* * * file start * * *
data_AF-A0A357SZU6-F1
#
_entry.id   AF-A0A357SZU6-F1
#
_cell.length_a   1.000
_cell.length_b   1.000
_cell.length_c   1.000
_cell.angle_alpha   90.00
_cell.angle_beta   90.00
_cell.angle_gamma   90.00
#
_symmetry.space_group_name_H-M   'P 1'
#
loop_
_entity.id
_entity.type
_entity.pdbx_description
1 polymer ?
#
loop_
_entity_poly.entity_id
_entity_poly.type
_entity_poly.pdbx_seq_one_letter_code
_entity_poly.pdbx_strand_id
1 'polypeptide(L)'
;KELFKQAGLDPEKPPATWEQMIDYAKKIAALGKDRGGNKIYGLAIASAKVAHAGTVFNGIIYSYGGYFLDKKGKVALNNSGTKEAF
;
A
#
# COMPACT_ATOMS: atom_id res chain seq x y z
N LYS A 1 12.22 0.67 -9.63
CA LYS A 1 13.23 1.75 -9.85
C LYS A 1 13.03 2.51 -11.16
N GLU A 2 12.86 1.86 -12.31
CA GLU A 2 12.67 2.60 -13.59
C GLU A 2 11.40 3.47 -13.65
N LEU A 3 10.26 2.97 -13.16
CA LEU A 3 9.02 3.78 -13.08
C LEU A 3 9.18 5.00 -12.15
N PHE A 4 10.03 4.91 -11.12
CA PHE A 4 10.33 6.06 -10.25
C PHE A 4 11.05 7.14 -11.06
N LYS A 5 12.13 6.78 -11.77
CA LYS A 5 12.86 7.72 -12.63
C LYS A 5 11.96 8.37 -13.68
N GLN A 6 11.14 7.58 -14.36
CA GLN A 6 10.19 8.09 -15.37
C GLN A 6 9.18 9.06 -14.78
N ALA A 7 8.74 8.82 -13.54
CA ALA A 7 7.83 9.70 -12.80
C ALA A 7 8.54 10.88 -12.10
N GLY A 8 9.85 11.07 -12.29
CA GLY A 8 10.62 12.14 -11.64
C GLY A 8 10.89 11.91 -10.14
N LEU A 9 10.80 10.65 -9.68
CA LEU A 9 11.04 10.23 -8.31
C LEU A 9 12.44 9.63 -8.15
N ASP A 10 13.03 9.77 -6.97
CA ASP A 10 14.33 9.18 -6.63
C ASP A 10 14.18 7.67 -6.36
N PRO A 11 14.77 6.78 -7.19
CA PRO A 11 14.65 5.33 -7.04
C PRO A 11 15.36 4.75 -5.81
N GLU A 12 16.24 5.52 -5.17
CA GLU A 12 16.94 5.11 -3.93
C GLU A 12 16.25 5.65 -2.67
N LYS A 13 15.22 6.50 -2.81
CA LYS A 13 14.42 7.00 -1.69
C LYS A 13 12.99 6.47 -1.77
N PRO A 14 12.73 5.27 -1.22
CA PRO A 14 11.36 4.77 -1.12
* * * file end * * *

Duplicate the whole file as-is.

data_AF-A0A357SZU6-F1
#
_entry.id   AF-A0A357SZU6-F1
#
_cell.length_a   1.000
_cell.length_b   1.000
_cell.length_c   1.000
_cell.angle_alpha   90.00
_cell.angle_beta   90.00
_cell.angle_gamma   90.00
#
_symmetry.space_group_name_H-M   'P 1'
#
loop_
_entity.id
_entity.type
_entity.pdbx_description
1 polymer ?
#
loop_
_entity_poly.entity_id
_entity_poly.type
_entity_poly.pdbx_seq_one_letter_code
_entity_poly.pdbx_strand_id
1 'polypeptide(L)'
;KELFKQAGLDPEKPPATWEQMIDYAKKIAALGKDRGGNKIYGLAIASAKVAHAGTVFNGIIYSYGGYFLDKKGKVALNNSGTKEAF
;
A
#
# COMPACT_ATOMS: atom_id res chain seq x y z
N LYS A 1 12.22 0.67 -9.63
CA LYS A 1 13.23 1.75 -9.85
C LYS A 1 13.03 2.51 -11.16
N GLU A 2 12.86 1.86 -12.31
CA GLU A 2 12.67 2.60 -13.59
C GLU A 2 11.40 3.47 -13.65
N LEU A 3 10.26 2.97 -13.16
CA LEU A 3 9.02 3.78 -13.08
C LEU A 3 9.18 5.00 -12.15
N PHE A 4 10.03 4.91 -11.12
CA PHE A 4 10.33 6.06 -10.25
C PHE A 4 11.05 7.14 -11.06
N LYS A 5 12.13 6.78 -11.77
CA LYS A 5 12.86 7.72 -12.63
C LYS A 5 11.96 8.37 -13.68
N GLN A 6 11.14 7.58 -14.36
CA GLN A 6 10.19 8.09 -15.37
C GLN A 6 9.18 9.06 -14.78
N ALA A 7 8.74 8.82 -13.54
CA ALA A 7 7.83 9.70 -12.80
C ALA A 7 8.54 10.88 -12.10
N GLY A 8 9.85 11.07 -12.29
CA GLY A 8 10.62 12.14 -11.64
C GLY A 8 10.89 11.91 -10.14
N LEU A 9 10.80 10.65 -9.68
CA LEU A 9 11.04 10.23 -8.31
C LEU A 9 12.44 9.63 -8.15
N ASP A 10 13.03 9.77 -6.97
CA ASP A 10 14.33 9.18 -6.63
C ASP A 10 14.18 7.67 -6.36
N PRO A 11 14.77 6.78 -7.19
CA PRO A 11 14.65 5.33 -7.04
C PRO A 11 15.36 4.75 -5.81
N GLU A 12 16.24 5.52 -5.17
CA GLU A 12 16.94 5.11 -3.93
C GLU A 12 16.25 5.65 -2.67
N LYS A 13 15.22 6.50 -2.81
CA LYS A 13 14.42 7.00 -1.69
C LYS A 13 12.99 6.47 -1.77
N PRO A 14 12.73 5.27 -1.22
CA PRO A 14 11.36 4.77 -1.12